The 102nd edition of the Tour de France will see the best cyclists tackle 21 stages, totalling 3,360 kilometres.
Twenty-two teams, each with nine cyclists, will battle it out on the tour’s varied terrains, from the flat north to the mythic climbs in the south, such as l’Alpe d’Huez near Grenoble.
The race, informally referred to as La Grande Boucle (The Big Loop), will finish on the Champs-Elysées in Paris on July 26.
If it’s the Tour de France, why is starting in the Netherlands?
In short, money.
While it will return to France for next year’s Grand Depart, the race often begins on foreign shores.
The start of the race in Utrecht this year will be the sixth time it has set-off from the Netherlands, and the 21st time it has departed away from French soil.
Darach McQuaid, a former rider who helped bring the 1998 Tour de France to Ireland, told the BBC organisers know they can get more money from starting the race abroad, but it’s also about growing the brand and sharing something they are proud of with a new market.
McQuaid said Ireland rustled up around £5.5 million (7.7 million euros) to attract the tour. Other estimates put hosting the first stage between 2-10m euros.
What’s the route this year?
The first stage is in the Netherlands. The tour then moves south-westwards, stopping first in Belgium, before moving across northern France to Brittany.
Then for the hills! The tour flies south for three stages in and around the Pyrenees, before heading towards the Alps via Valence.
How do the stages vary?
The first week of the tour is in predominately flat regions, The Netherlands, Belgium and northern France.
Here it is all about speed, with races likely to finish with either a few cyclists breaking away to win or a terrifying sprint finish all together.
But while that may scare even the most capable of amateur cyclists, it is the mountain stages that separate the men from the boys, with brutal climbs from sea level to 2,000 metres.
There is also individual time trial stages. Here riders set off separately, at two-minute intervals, and compete against the clock.
What is the yellow jersey?
The yellow jersey is the biggest prize in cycling. If you spot a rider sporting it, it means he is the overall race leader on aggregate time since the beginning of the tour.
The yellow jersey is likely to change hands often during the early, flatter stages of the tour. But, in the mountains, where the overall title is often won or lost, it is much harder to make up time on a rival.
A sliding scale of points is given to the first over the line in each stage and whoever has accumulated the most gets to wear the green jersey.
A similar system works for the mountain stages, except more points are awarded the harder the hill is. The winner wears the polka dot jersey.
The white jersey goes to the best-placed under-25 rider, while the lanterne rouge term is used to mock the last rider, referring to the red light on trains to mark the last carriage.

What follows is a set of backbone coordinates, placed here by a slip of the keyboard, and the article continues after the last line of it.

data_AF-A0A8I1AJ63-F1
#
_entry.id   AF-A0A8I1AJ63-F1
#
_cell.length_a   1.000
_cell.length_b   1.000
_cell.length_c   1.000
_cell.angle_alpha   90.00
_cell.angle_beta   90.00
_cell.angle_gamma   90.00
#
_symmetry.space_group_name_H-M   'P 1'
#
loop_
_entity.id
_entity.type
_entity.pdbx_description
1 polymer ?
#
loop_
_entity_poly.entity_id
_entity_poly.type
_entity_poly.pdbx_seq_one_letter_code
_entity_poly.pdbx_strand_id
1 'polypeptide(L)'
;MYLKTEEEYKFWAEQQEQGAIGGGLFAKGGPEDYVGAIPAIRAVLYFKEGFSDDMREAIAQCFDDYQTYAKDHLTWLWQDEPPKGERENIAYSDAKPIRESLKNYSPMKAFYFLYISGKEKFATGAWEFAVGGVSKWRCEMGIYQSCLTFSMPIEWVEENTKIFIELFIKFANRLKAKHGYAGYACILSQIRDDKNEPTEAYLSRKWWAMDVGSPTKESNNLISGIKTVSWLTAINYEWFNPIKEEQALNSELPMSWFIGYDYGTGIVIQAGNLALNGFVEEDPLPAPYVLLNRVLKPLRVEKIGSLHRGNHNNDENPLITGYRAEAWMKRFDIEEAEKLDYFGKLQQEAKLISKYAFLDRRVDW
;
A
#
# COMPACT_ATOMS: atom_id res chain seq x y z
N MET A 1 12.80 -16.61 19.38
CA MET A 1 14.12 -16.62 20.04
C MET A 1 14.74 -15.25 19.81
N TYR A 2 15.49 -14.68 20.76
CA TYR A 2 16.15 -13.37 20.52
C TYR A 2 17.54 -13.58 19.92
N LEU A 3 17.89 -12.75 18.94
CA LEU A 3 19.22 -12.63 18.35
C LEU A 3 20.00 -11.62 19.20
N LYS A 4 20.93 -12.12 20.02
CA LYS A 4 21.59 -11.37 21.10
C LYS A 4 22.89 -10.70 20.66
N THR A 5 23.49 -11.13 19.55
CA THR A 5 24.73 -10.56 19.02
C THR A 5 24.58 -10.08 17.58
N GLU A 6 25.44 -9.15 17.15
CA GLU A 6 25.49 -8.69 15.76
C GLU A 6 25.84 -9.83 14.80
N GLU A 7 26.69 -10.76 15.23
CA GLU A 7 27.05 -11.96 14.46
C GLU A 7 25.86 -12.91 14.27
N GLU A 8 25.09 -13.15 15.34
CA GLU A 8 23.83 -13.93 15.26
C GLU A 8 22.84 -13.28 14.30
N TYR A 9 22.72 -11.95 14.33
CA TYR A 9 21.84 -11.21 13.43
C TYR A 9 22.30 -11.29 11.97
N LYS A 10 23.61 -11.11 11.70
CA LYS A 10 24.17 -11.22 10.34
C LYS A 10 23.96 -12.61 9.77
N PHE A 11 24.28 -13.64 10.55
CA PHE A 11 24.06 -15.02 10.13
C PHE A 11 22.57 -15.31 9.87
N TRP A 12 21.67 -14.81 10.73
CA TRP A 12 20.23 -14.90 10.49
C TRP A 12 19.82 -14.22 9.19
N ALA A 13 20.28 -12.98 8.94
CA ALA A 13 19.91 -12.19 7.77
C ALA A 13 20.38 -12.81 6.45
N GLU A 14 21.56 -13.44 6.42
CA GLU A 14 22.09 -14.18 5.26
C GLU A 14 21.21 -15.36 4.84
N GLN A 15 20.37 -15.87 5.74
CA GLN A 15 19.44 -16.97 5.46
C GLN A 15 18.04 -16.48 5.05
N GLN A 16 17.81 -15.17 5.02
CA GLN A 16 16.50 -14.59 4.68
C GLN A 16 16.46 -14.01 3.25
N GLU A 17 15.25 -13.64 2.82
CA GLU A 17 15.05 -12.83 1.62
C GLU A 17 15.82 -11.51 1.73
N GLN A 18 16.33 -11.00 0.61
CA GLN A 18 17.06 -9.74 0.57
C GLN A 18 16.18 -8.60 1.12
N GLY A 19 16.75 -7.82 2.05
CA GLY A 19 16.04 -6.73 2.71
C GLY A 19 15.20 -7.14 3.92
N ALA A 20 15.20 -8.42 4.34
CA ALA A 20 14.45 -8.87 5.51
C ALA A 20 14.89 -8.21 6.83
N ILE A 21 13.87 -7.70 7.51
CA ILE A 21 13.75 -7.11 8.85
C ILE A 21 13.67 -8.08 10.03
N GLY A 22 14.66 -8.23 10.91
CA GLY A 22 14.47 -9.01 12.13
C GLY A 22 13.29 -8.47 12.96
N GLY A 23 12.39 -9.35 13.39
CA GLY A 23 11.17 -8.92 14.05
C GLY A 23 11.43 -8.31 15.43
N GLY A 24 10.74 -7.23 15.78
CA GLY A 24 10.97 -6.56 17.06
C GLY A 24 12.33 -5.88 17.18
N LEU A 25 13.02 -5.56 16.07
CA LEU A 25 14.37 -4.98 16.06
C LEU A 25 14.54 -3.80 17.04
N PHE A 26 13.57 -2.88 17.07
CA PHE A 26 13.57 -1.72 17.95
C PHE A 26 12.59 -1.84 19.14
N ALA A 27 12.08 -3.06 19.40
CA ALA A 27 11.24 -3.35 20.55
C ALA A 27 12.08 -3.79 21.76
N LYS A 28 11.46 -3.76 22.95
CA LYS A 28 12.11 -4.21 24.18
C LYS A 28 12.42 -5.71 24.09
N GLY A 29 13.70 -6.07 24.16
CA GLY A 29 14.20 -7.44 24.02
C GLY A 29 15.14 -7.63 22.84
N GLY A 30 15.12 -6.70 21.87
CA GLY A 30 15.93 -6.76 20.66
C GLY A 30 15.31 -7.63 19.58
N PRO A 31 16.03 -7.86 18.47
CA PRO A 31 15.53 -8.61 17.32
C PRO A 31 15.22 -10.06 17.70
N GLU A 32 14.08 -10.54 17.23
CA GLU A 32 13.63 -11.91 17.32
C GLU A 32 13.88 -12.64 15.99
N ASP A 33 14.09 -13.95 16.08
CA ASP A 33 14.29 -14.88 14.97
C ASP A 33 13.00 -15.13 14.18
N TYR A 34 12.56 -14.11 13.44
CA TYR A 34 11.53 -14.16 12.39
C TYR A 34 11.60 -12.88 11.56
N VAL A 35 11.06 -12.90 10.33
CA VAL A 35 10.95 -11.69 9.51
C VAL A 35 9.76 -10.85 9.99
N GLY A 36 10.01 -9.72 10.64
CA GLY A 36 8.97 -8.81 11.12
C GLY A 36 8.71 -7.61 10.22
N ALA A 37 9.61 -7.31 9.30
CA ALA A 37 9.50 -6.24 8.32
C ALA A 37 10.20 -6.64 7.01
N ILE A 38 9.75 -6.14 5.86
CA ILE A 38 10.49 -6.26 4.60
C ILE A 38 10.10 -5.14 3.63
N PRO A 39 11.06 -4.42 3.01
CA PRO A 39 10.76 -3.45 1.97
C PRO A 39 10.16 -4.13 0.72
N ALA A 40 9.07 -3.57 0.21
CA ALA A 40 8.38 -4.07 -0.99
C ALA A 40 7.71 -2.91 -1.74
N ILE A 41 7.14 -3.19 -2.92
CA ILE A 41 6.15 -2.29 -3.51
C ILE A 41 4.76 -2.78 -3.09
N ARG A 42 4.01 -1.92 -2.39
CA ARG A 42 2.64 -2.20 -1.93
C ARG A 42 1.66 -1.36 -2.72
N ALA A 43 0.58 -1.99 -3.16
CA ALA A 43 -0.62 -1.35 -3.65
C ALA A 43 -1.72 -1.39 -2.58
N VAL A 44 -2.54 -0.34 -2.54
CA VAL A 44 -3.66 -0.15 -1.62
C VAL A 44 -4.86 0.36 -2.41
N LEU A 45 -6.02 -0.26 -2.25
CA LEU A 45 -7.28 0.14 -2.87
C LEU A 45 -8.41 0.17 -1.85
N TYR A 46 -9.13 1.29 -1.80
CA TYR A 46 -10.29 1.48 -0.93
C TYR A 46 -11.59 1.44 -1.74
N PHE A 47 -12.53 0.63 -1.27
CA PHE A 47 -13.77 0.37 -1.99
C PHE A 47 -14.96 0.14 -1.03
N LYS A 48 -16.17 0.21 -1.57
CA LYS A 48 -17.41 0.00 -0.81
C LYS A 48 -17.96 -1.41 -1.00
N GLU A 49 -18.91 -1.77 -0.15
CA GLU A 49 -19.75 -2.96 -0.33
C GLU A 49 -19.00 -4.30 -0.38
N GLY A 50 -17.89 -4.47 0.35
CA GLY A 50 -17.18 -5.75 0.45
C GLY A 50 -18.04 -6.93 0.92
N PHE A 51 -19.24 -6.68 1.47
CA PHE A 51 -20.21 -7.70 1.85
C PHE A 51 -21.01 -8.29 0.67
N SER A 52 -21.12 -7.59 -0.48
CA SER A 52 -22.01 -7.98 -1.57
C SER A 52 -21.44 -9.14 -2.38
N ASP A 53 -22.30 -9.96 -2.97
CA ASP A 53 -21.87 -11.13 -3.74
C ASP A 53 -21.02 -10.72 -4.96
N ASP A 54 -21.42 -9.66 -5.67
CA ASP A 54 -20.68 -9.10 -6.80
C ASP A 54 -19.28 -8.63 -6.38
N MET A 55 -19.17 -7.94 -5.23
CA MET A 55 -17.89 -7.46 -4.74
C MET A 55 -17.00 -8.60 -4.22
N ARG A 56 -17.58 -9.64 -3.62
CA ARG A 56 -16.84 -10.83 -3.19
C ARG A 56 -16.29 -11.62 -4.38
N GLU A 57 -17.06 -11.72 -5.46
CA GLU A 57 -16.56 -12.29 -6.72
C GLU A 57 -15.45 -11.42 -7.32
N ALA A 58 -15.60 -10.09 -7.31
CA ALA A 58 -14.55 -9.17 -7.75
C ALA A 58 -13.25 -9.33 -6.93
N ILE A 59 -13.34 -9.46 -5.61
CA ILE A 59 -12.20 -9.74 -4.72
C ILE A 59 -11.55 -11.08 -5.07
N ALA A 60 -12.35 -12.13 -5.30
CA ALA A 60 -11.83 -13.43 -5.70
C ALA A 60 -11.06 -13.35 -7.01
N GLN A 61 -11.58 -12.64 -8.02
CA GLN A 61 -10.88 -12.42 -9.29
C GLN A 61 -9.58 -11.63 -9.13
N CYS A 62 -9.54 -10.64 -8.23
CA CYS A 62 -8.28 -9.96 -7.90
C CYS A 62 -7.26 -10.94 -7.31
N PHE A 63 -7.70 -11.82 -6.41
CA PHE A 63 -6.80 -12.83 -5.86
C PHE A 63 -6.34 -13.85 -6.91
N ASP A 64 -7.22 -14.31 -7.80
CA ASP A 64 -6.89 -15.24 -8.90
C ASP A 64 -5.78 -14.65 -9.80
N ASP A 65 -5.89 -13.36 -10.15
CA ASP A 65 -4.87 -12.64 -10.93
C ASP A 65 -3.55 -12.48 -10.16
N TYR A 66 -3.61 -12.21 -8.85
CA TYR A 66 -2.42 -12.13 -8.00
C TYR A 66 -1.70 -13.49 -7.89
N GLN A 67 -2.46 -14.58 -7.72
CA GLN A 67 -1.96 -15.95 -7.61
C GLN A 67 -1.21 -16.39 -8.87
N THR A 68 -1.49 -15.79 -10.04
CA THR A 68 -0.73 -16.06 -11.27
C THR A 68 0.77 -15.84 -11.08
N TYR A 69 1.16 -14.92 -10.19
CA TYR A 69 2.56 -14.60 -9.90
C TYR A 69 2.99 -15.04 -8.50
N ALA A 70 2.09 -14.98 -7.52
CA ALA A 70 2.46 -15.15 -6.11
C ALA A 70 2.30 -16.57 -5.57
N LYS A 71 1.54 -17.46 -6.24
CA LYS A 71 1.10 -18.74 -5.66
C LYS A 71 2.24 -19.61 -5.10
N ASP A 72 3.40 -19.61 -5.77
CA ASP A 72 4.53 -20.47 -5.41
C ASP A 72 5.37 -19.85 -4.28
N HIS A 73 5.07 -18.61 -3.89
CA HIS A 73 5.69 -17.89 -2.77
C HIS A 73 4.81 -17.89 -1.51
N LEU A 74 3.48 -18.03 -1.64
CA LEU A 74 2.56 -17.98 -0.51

Does every rider have a realistic chance of winning?
Not in reality. Team members who are judged unlikely to challenge the leaders, called domestiques, tend to do the donkey work. That can mean fetching drinks for their team’s lead riders from the support car or spending long periods at the front of the peloton (the term for a bunched group of cyclists) to help conserve the energy of those behind.
Who are the main contenders?
Chris Froome (Team Sky), Alberto Contador (Tinkoff-Saxo), Nairo Quintana (Movistar) and Vincenzo Nibali (Astana) are thought to be among the main contenders for the yellow jersey.
Froome and Contador will renew their rivalry, having both crashed out last year in separate incidents.
Slovakia’s Peter Sagan will be the man to beat for the green jersey – he’s won it the last three years running.
What about Lance Armstrong?
Controversial figure Lance Armstrong, who admitted using performance-enhancing drugs during all seven of his Tour de France wins, will not be far from this year’s race.
He is taking part in a charity event to raise money for Cure Leukaemia. Armstrong will ride stages in mid-July, a day before the real tour rolls into town.
What else is new this year?
The first week of the 102nd Tour de France is likely to be sweltering conditions, as a heatwave grips Europe.
Cycling Weekly has lifted the lid on the range of tricks cyclists use to keep themselves cool in such heat.
At one end of the scale there are ice vests, at the other women’s tights.
Rider Jack Bauer told Cycling Weekly: “The team car has a cool box of cheap pantyhose full of ice and knotted up at both ends, that’s generally how we do it, and that can be a big help.
“Those ice socks help a lot, down your gloves, down your neck, or cubes of ice in your h your helmet.”
The other issue looming over the tour is terrorism, a week on from an attack near Lyon and half a year since the Charlie Hebdo massacre in Paris.
Some 20,000 police, and firefighters have been mobilised to keep the tour safe.
Pierre-Henry Brandet, French interior minister spokesman, told AFP: “Vigilance will be enhanced on the course to identify abnormal behaviours. It will also be strengthened at the start and finish points, where controls over access will be particularly reinforced.”
Ag2r La mondiale / France
Astana Pro Team / Kazakhstan
BMC Racig Team / USA
BoraArgon18 / Germany
Bretagne-Séché Environnement / France
Cofidis / France
Etixx – Quick-Step / Belgium
FDJ / France
IAM Cycling / Switzerland
Lampre Merida / Italy
Lotto-Soudal / Belgium
Movistar / Spain
Mtn-Qhubeka / South Africa
Orica GreenEDGE / Australia
Cannondale-garmin / USA
Europcar / France
Giant-Alpecin / Germany
Katusha / Russia
Lotto NL – Jumbo / The Netherlands
Team Sky / United Kingdom
Tinkoff-Saxo / Russia
TrekFactory / USA